Many UX professionals feel like they are fighting their organization and colleagues. The situation faced in most companies is: either people don’t understand the value of UX or there is a lack of actions taken from the insights leveraged by UX research. These conflicts are born from a lack of alignement between business and user goals which is a characteristic of an organization’s low UX maturity.
The quality of a product’s user experience is the result of both a UX professional’s work and an organization’s UX maturity.
In this article, we will study 2 different models to assess an organization’s UX maturity level. These stages allow to identify specific actions to improve ones processes, culture ands methods.
These models are created to assess maturity at the organization’s level, not at individuals or teams level. The maturity of these 3 entities are usually different. Because a few people or a whole team is very advanced in UX does not make the whole organization UX mature.
UX maturity levels by Nielsen
This model was developped by Jakob Nielsen in 2006.
At first, it had 8 stages: 1) hostility towards usability, 2) developer-centered user experience, 3) skunworks user experience, 4) dedicated UX budget, 5) managed usability, 6) systematic user-centered design (UCD) process, 7) integrated user-centered design, 8) user-driven corporation
In addition to these descriptive stages, Nielsen provided average time ranges necessary to go from one stage to the next. He stated that stage 1 could be maintained for decades as long as no UX element came in contact with the company. Stages 2 to 4 take around 2-3 years each while stages 5 to 7 take 6 to 7 years each. Lastly he estimated that stage 8 could take up to 20 years to be reached from step 7.
The new model in 6 stages was released in 2021 and doesn’t include time ranges like the first one. The stages’ names are more general and less descriptive. Each of these stages are meant to be invested one after the other in order, except in the cases of startups who can start at stage 3 or 4 thansk to their founders UX ability.
The 6 updated stages are:
Organizations at this stage have no knwoledge of user experience or don’t apply it to their business. There are no budgets and team members dedicated to the subject. While some individuals within the organization may know or even care about UX, they are not able to develop the subject because the company culture is not ready for it.
To progress to stage 2, an organization must build knowledge about UX and identify ways it could be implemented into the company’s projects.
At this stage, efforts start being made to work on user experience although usually without results.
It is ususally pushed by UX aware individuals or teams who are yet unable to make the value of UX recognized across the organization. There are no dedicated roles, budgets or processes.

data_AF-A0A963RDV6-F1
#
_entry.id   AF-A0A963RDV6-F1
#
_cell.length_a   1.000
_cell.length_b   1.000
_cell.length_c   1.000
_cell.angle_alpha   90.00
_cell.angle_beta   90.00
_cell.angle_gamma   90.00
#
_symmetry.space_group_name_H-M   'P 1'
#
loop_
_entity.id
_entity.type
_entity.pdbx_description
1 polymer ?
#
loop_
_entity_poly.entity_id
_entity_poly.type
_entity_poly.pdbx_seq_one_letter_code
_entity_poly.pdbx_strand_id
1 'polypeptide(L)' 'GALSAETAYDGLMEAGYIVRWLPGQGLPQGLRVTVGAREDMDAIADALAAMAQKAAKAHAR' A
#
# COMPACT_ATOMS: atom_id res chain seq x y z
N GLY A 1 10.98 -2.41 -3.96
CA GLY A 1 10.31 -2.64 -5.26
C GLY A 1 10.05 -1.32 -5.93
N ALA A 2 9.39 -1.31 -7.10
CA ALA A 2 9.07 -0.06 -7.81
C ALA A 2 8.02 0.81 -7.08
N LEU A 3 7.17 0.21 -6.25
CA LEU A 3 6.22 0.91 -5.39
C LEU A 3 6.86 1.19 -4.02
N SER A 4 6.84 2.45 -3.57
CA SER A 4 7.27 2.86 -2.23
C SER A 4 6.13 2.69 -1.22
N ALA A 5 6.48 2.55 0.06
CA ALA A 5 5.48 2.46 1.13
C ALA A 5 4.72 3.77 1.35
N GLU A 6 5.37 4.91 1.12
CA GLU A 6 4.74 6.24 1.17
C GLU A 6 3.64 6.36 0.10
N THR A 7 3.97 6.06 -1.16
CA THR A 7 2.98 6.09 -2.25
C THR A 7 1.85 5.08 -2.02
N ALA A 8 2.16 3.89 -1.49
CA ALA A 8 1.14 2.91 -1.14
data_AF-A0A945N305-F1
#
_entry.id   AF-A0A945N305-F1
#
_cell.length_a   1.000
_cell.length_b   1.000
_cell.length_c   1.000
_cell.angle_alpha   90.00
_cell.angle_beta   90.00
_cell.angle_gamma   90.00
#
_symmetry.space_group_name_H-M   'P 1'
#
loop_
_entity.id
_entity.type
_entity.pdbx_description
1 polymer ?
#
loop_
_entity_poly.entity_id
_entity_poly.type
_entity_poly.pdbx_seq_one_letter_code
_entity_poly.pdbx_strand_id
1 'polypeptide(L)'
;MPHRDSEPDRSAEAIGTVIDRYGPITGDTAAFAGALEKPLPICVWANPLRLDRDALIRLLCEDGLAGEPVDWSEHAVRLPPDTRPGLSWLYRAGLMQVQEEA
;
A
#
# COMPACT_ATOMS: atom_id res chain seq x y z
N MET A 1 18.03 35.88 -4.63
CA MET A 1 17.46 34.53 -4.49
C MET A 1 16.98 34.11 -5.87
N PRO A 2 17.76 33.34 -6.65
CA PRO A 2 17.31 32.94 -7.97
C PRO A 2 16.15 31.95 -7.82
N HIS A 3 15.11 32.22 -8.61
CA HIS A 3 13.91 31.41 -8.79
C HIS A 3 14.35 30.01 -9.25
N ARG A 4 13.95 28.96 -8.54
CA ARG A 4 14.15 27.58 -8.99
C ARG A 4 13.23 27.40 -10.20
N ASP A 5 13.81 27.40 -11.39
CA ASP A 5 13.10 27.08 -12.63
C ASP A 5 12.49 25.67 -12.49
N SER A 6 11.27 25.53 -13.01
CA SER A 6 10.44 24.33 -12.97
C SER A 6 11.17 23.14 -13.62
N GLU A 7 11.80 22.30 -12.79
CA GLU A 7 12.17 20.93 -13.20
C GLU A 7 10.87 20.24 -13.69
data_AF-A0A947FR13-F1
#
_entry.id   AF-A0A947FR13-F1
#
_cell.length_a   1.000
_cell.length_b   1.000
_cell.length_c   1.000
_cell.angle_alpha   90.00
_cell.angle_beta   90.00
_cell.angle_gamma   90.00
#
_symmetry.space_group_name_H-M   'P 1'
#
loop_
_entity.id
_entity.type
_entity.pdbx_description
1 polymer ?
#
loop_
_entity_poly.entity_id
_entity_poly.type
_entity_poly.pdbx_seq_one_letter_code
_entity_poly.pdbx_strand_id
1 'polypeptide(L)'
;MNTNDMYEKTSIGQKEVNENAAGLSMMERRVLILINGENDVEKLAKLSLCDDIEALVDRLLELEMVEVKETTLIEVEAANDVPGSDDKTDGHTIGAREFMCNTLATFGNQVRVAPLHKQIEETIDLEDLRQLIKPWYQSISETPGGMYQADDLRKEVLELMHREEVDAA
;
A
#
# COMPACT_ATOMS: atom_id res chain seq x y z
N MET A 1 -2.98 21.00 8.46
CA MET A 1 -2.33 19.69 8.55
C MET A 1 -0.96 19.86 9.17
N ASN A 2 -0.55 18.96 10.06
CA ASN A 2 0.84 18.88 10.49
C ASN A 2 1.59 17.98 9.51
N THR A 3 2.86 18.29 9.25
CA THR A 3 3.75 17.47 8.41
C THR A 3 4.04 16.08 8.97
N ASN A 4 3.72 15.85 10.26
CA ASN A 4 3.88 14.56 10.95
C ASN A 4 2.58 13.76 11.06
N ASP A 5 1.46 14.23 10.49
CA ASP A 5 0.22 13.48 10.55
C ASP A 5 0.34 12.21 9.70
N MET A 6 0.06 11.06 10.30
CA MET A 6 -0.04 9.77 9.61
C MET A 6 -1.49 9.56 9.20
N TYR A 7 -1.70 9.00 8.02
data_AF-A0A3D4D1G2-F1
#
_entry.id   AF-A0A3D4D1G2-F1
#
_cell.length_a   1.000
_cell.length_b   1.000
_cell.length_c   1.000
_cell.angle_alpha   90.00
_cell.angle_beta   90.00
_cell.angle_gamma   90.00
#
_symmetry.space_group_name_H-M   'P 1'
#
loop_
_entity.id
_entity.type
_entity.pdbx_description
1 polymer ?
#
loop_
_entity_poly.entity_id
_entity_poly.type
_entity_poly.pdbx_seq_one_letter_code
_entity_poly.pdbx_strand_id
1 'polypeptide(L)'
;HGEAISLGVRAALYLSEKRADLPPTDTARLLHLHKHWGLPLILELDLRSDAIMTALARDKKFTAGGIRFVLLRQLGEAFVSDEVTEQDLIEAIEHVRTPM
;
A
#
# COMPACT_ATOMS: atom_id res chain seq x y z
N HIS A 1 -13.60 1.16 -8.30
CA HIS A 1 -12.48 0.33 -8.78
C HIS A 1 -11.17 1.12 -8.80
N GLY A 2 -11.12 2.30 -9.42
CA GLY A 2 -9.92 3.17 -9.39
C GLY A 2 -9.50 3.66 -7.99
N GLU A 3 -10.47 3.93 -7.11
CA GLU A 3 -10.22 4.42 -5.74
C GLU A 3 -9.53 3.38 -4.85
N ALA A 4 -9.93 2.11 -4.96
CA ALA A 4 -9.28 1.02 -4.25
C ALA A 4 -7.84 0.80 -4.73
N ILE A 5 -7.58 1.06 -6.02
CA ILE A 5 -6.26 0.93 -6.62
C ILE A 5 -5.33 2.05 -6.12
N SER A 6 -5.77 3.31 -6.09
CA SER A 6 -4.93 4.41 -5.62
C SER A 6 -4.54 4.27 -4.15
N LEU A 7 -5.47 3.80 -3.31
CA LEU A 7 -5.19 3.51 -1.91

These efforts are thus sporadic, inefficient and not prioritized by the organization. Usually, few research methods are used (UX practice sometimes limited to heuristics or analytics) and UX is managed inconsistently across projects.
Although users may be mentioned in the company’s vision, their needs are not what drive the strategy, but rather stakeholders and client requests.
To progress to stage 3, a company’s focus should be to prioritize UX projects that have wide-ranging impacts across the organization and are thus very visible. The second focus would be to expand UX research methods.
Companies at this stage invest in UX in an opportunity-based manner rather than as a centralized, strategic process. Stakeholders are aware of the low quality of their user experience and act on it.
Top management is starting to support UX research investments while still being skeptical about its results. Sometimes, UX can still be considered as a constraint on budgets, projects timing and teams creativity.
Processes are still limited at the scale of teams and not spread across the organization. Even if there is a full team dedicated to UX, its size is limited and it is unable to address all the organization’s UX needs. People outside of the UX team are trying to work on UX but they don’t have all the tools, processes and knowledge because the practice is not yet spread out to the whole organization.
There is a high risk to get stuck at this stage, because as the UX practice is present within the organization, stakeholders might think the process is finished, not knowing there is still much room to grow. Focus on gathering teams working on UX and start acting on the alignment of the UX practices, tools and processes across these teams.
At this stage, the UX practice is understood by the whole organization, systematic and diversified in terms of methods and stakeholders. The research process is documented and discovery as well as agile rituals are used in the company.
UX starts being integrated into strategic descision-making by top-management. However, UX is used in the organization’s vision rather than in its KPIs. Similarly, most UX work still happens in reaction to request rather than as part of strategic planning.
At this stage, there is still some refining to be done by working with stakeholders to align UX and business goals and performance metrics.
Companies at this stage can be considered UX pioneers: there might be innovations and even contributions to the UX field.
UX good practices are spread across the whole organization with budgets and staffing aligned with objectives. It is understood and proactively supported and encouraged. Collaboration of UX with other disciplines is widespread.
The UX practice’s development is planned strategically: milestones are identified and pathways towards them are organized and communicated.
The implementation of UX at the organization’s level allows to increase the predictability of research and design.